He added that it is a bank’s responsibility to have an understanding of who they work with.

“Banks know their customers,” he said.

House District 06 Representative Aaron Clausen said he was opposed to the Senate amendment requiring creditors to be notified.

“This is simply an overreaction,” he said.

Clausen noted that banks have processes to monitor and report suspicious activity and that they could require manufacturers to report their THC test results without the state making such a requirement in statutes.

“All this could be done with loan agreements,” he said.

House District 14 Representative Dan Furphy disagreed.

“The problem is if a bank lends to one of these hemp developing companies, the banking regulations clearly state that the bank regulators will check whether a bank controlled, whether the hemp produced (exceeds THC) limits,” he said. “You will make it very difficult for banks to lend to this industry. Banks must report this to the federal regulators if it exceeds in order to continue to lend to this industry. “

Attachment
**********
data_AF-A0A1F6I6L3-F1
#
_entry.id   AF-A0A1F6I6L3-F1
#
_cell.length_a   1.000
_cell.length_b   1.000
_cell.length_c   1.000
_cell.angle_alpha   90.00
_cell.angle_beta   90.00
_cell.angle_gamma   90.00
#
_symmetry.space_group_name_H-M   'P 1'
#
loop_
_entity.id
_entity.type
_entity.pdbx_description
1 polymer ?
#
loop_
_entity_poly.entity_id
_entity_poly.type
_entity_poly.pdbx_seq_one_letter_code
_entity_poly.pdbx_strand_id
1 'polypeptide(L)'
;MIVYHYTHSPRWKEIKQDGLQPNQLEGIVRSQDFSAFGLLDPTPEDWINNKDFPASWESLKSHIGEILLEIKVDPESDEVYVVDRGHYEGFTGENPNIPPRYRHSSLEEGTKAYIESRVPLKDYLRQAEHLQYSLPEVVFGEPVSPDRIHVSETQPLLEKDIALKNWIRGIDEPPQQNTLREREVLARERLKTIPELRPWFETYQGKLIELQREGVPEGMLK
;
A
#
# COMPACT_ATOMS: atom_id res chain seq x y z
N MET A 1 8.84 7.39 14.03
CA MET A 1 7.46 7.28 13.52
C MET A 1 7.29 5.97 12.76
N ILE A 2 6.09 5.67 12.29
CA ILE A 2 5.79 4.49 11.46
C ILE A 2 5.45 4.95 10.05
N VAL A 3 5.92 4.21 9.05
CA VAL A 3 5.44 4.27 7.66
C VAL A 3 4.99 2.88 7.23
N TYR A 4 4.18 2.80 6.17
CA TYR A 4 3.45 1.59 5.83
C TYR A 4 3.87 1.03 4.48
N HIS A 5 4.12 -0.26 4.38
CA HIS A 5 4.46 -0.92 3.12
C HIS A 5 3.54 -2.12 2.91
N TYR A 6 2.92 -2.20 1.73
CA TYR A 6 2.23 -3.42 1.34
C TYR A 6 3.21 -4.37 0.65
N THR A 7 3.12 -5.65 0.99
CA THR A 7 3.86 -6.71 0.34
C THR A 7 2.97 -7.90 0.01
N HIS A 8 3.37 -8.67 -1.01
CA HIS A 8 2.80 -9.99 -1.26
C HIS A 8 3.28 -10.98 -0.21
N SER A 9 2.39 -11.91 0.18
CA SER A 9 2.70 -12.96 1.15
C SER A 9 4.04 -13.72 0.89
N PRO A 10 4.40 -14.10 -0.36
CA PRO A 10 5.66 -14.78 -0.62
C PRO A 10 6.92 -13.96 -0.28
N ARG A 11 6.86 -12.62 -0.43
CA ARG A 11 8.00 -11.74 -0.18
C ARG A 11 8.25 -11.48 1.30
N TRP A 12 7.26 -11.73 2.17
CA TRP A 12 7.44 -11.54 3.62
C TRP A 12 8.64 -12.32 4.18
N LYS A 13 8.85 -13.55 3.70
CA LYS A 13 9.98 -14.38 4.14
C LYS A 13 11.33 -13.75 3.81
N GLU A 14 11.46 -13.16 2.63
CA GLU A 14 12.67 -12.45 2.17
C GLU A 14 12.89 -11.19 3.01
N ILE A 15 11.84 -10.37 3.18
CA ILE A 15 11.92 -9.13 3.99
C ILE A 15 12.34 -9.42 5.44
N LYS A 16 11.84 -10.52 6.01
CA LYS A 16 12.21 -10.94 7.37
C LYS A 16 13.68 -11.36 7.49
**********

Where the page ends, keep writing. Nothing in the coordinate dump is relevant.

House District 41 Representative Bill Henderson said the requirement to report to creditors should be kept in place.

“I would call for caution in this,” he said. “There is a regulation that we are obliged to do well. The banks have to report, all this is part of the business. It’s not excessive, it’s normal. “

Hunt reiterated that he thought the provision was too much.

“If we were talking about (state-legalized recreational or medical) marijuana, it would make sense,” he said. “In the case of industrial hemp, this simply goes a step too far.”

Parliament adopted Hunt’s amendment before the bill was passed at second reading. If they pass the bill at third reading, the bill would have to move back to the Senate as the House changed the version of the bill they received after the Senate passed the bill at third reading by a vote of 29-1 on February 13 . .

Further details of the bill are available online.